ETHIOPIA: Floods pose new threat to food security
ADDIS ABABA, 14 July 2011 (IRIN) - While the ongoing drought has seriously undermined the food security of up to 4.5 million people in Ethiopia, a threat posed by expected flooding during the second half of 2011 could exacerbate the situation, say meteorological officials.
Ethiopia's meteorological agency has forecast normal to above-normal rainfall during the June-September rainy season, with the risk of flooding in western, northwestern and central areas. Areas around Lake Tana in Amhara region, parts of Gambella and along the Awash basin in Afar region are likely to be affected by floods.
"Parts of these areas, particularly in low-lying [areas] and near riverbanks, could face flooding as we usually anticipate in this season," said Diriba Koricha, the director of Forecast and Early Warning Department at the agency.
However, "as the season progresses in August and September, swift but heavy rainfalls could result in flooding anywhere", he said, adding that further preparation was needed to prevent any humanitarian crisis.
Launching an appeal on 11 July for drought aid, Ethiopia's Agriculture Ministry said the country's food security situation had deteriorated since the beginning of the year to the La Niña-induced drought currently ravaging parts of the country.
The country requires US$398 million for food and non-food aid between July and December 2011.
The government made the appeal as humanitarian actors reported funding shortfalls.
Judith Schuler, World Food Programme (WFP) Ethiopia spokeswoman, said many of its food assistance activities in Ethiopia "face significant funding shortfalls".
WFP has a shortfall of 120,000MT of food, equivalent to about $112 million, until the end of the year.
"Due to this lack of funding, WFP reduced food rations in relief operations in certain areas of the country from March onwards," said Schuler.
A recent report by the UN Office for the Coordination of Humanitarian Affairs in Ethiopia indicated that food rations had been allocated without vegetable oil and with a reduced amount of corn-soya blend.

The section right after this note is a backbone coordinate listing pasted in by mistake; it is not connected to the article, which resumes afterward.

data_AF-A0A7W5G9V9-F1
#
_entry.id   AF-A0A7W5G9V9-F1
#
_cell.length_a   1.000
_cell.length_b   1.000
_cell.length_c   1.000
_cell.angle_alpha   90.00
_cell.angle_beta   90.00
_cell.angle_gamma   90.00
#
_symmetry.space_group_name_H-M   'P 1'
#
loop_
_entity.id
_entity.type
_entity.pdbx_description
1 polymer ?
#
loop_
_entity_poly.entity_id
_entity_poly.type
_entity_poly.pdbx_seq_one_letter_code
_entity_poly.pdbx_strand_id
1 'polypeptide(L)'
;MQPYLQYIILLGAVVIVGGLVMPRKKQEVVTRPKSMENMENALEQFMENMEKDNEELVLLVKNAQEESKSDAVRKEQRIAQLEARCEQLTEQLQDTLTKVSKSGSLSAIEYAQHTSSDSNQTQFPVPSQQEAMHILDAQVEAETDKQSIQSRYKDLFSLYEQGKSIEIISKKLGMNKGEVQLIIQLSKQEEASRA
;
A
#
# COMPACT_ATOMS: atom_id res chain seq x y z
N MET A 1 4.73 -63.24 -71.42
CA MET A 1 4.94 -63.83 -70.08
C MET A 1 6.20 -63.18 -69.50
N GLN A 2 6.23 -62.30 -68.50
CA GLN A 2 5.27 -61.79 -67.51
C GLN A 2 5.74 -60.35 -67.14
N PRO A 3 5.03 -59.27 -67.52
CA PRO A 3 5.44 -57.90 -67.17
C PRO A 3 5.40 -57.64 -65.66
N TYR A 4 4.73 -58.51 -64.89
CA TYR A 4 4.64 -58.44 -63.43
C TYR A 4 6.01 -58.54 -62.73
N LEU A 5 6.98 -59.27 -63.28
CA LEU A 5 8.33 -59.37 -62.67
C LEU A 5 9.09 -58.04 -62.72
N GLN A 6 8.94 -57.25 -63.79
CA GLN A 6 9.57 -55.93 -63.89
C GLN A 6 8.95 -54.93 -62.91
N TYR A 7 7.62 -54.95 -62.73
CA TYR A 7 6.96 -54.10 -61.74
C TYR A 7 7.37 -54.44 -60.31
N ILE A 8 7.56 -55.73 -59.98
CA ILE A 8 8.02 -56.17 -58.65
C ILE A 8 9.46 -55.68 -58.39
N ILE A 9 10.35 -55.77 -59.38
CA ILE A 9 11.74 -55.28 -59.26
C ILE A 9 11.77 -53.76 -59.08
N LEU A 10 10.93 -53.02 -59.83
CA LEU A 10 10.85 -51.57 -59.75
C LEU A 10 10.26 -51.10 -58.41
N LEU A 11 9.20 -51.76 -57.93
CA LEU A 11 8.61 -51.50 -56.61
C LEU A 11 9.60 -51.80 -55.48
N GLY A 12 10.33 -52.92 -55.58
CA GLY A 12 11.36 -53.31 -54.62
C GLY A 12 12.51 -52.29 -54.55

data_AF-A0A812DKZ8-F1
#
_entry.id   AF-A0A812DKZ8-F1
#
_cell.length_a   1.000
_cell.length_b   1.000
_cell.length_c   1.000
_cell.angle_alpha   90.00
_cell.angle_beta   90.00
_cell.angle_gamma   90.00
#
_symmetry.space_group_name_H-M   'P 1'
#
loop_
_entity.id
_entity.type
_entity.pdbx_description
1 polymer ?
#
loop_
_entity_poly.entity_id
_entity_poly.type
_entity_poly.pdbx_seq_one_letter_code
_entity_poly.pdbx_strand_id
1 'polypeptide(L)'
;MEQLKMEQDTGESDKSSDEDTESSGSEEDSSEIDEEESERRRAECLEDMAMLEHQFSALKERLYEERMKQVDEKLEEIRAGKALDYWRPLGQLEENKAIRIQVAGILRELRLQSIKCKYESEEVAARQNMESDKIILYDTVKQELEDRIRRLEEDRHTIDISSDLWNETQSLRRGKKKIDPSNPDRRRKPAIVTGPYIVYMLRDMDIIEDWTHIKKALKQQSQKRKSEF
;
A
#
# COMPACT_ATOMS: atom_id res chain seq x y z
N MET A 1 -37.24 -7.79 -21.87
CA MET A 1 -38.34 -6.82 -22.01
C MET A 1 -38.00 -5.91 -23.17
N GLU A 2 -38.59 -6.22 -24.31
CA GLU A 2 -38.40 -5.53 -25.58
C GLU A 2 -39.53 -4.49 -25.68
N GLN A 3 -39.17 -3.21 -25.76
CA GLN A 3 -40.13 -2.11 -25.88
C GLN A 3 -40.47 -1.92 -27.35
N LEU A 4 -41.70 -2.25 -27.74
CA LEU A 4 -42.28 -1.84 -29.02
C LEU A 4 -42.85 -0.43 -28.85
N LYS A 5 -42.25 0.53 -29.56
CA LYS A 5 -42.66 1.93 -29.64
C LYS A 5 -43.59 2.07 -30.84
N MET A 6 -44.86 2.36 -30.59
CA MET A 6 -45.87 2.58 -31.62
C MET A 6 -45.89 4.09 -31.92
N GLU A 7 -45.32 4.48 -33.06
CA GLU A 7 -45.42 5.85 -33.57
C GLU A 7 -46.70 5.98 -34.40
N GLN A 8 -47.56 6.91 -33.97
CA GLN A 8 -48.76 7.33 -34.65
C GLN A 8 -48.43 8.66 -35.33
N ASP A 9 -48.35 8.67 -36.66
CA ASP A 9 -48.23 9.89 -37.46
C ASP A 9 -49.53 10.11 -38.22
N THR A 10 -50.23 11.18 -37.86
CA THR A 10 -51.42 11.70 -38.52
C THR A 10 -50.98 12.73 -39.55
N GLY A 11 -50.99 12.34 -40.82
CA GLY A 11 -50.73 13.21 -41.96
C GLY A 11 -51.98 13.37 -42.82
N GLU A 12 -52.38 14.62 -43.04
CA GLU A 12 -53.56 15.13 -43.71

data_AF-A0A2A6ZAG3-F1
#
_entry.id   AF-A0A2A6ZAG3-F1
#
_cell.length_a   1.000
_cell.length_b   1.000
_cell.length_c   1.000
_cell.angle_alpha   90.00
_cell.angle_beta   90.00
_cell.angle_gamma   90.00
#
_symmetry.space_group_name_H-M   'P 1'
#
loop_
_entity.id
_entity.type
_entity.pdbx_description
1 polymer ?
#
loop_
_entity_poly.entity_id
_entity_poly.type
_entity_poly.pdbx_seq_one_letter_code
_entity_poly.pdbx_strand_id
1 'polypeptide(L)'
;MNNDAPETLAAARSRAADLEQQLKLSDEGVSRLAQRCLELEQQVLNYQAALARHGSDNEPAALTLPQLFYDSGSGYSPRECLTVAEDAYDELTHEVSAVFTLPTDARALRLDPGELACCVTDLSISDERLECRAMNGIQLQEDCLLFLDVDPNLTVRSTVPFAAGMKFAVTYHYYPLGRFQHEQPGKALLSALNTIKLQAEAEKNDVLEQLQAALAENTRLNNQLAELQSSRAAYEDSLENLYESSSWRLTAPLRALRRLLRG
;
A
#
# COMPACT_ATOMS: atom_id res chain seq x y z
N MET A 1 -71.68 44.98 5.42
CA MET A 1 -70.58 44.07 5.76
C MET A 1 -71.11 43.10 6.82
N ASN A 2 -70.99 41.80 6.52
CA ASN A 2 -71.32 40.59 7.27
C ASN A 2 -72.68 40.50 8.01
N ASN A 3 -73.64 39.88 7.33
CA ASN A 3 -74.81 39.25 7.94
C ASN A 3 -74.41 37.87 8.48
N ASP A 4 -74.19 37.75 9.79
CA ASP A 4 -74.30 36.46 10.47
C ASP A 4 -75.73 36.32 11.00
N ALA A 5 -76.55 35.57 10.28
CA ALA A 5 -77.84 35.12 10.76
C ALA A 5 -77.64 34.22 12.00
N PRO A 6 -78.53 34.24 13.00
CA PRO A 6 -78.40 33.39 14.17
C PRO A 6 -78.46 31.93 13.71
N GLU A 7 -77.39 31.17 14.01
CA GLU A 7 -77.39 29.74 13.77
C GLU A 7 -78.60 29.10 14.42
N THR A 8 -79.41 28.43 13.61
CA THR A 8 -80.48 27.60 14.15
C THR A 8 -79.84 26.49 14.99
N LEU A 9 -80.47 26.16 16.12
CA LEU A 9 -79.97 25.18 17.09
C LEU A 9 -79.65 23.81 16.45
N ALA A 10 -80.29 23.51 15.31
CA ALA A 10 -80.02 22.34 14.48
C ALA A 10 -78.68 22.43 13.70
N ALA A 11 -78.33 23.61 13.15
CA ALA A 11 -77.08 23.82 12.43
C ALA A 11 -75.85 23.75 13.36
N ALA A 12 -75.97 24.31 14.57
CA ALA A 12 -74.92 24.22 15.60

Schuler said: "In order to resume full rations for all people badly hit by the drought, new contributions are urgently needed. Compounding the issue is time: from the moment a contribution is confirmed, it takes between four to five months until the food arrives in the country."
Between January and June, WFP assisted 269,300 moderately malnourished Ethiopian children under five through the targeted supplementary food (TSF) programme for malnourished children under five and pregnant and nursing mothers.
The food needs are not just limited to Ethiopians; an influx of refugees from Somalia to Ethiopia has also been recorded.
"Numbers are increasing on a daily basis, and the nutritional status of the refugees upon... arrival is worrying," said Schuler, adding that a March/April survey had found malnutrition rates of 45 percent among newly arrived children under five at a camp in Dolo Ado, at the border between Kenya, Somalia and Ethiopia.
At least 55,000 new Somali refugees have been recorded in Ethiopia since January, according to the UN. The UN Refugee Agency, UNHCR, has set up a new camp to help them.
Eastern Africa is experiencing what the UN has described as the most severe food crisis in the world today.
On 4 July, international charity Oxfam GB made a £50 million ($80 million) appeal for drought-hit eastern Africa, saying at least 12 million people had been pushed "into a fight for survival".
"The aid effort faces enormous hurdles; there is not enough money to buy food in the quantities required and the price of maize has risen by up to 40 percent since a year ago in the region," Jane Cocking, Oxfam's humanitarian director, said. "The cost of fuel needed to transport food to the epicentre has also shot up."
On 1 July, the NGO, Christian Aid, also launched an emergency humanitarian appeal to help provide water, food and animal feed in the region.